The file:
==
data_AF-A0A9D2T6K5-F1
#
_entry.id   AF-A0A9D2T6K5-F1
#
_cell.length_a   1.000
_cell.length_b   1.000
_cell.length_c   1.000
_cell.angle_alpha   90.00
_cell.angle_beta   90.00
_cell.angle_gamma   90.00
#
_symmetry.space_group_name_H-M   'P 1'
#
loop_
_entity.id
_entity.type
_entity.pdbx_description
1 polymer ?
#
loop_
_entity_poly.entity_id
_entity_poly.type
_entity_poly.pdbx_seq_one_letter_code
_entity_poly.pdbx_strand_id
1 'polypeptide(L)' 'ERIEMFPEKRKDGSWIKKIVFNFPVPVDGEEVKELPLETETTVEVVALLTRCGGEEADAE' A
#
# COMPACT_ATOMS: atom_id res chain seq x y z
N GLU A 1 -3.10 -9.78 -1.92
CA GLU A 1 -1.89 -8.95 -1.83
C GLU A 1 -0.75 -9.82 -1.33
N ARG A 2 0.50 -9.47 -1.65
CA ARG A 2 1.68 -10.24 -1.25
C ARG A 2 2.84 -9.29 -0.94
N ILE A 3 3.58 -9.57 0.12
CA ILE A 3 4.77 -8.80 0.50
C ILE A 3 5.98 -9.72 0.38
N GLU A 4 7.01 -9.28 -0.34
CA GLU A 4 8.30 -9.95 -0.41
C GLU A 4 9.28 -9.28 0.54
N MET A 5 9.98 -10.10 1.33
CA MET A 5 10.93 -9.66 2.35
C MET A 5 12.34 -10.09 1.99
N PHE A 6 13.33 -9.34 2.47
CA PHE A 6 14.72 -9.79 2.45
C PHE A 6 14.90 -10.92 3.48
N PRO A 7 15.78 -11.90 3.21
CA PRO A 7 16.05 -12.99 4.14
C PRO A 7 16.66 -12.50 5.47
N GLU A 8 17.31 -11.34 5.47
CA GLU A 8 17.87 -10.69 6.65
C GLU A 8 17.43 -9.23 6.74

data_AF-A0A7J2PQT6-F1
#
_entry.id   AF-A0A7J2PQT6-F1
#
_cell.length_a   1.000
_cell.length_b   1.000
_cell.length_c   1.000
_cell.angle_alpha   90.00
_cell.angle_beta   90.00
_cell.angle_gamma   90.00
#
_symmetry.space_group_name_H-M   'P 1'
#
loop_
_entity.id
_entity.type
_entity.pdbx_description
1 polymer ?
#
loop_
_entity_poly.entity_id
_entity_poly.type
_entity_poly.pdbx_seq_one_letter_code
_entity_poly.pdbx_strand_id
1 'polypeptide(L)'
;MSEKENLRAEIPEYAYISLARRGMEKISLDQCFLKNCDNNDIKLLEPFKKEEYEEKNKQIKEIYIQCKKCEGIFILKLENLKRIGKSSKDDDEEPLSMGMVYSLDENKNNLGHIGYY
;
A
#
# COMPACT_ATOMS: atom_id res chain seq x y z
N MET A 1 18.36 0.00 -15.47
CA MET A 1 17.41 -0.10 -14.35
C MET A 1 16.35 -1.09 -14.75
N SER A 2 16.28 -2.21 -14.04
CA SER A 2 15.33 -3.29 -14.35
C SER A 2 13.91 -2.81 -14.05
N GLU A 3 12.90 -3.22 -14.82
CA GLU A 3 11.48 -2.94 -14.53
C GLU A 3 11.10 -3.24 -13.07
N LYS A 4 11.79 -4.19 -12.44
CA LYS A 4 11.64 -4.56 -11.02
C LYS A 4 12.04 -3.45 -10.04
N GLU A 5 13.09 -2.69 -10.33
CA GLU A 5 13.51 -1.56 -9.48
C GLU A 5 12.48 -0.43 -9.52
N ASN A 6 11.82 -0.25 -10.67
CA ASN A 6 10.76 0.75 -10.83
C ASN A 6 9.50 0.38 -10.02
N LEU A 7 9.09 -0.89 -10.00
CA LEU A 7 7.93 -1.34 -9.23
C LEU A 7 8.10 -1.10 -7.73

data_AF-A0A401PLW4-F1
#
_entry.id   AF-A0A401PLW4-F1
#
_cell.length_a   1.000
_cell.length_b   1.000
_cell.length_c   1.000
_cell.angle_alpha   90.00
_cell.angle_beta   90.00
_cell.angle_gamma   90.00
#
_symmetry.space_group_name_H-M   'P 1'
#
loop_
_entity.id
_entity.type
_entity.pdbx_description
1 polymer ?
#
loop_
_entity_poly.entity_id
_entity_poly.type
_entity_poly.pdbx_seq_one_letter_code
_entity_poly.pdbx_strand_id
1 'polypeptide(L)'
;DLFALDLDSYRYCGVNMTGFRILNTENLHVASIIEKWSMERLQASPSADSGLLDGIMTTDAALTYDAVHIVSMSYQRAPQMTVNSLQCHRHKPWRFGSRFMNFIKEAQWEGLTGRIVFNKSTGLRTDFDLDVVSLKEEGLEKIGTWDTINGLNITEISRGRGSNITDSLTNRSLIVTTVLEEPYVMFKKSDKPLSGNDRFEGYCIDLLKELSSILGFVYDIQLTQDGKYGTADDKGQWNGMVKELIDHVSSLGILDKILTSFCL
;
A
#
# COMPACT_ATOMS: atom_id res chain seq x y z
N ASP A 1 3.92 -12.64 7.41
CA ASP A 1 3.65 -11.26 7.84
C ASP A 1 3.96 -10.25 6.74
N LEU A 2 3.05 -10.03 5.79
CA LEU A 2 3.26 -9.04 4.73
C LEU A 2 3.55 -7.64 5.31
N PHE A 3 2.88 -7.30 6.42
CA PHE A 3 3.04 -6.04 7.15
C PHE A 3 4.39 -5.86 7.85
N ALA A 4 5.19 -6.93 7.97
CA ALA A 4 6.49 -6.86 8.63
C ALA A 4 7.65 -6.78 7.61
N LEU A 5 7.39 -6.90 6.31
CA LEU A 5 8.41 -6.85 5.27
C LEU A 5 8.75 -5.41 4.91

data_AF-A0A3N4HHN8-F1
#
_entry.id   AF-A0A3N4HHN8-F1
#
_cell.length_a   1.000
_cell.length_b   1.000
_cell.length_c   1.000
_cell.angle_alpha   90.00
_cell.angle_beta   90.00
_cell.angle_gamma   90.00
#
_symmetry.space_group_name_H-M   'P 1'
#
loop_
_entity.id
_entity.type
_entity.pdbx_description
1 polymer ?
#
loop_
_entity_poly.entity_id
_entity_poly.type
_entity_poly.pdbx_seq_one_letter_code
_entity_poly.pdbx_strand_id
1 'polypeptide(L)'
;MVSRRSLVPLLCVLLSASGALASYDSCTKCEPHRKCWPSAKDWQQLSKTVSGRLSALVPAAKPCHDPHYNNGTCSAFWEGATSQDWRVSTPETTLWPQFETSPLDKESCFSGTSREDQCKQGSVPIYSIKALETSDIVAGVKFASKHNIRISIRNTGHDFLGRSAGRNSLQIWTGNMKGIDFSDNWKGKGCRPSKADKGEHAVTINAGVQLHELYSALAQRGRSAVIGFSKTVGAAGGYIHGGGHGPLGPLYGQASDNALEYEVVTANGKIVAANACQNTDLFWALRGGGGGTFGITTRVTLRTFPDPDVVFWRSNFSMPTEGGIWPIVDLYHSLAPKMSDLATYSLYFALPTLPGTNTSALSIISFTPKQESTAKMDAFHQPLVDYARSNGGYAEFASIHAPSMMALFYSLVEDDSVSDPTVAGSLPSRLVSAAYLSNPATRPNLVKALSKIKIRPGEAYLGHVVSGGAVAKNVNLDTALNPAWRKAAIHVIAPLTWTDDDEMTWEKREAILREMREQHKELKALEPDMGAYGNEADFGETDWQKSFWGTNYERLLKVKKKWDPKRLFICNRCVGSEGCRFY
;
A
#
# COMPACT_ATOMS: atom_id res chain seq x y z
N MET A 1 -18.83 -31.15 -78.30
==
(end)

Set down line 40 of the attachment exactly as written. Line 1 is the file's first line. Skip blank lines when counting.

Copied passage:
N MET A 5 9.98 -10.10 1.33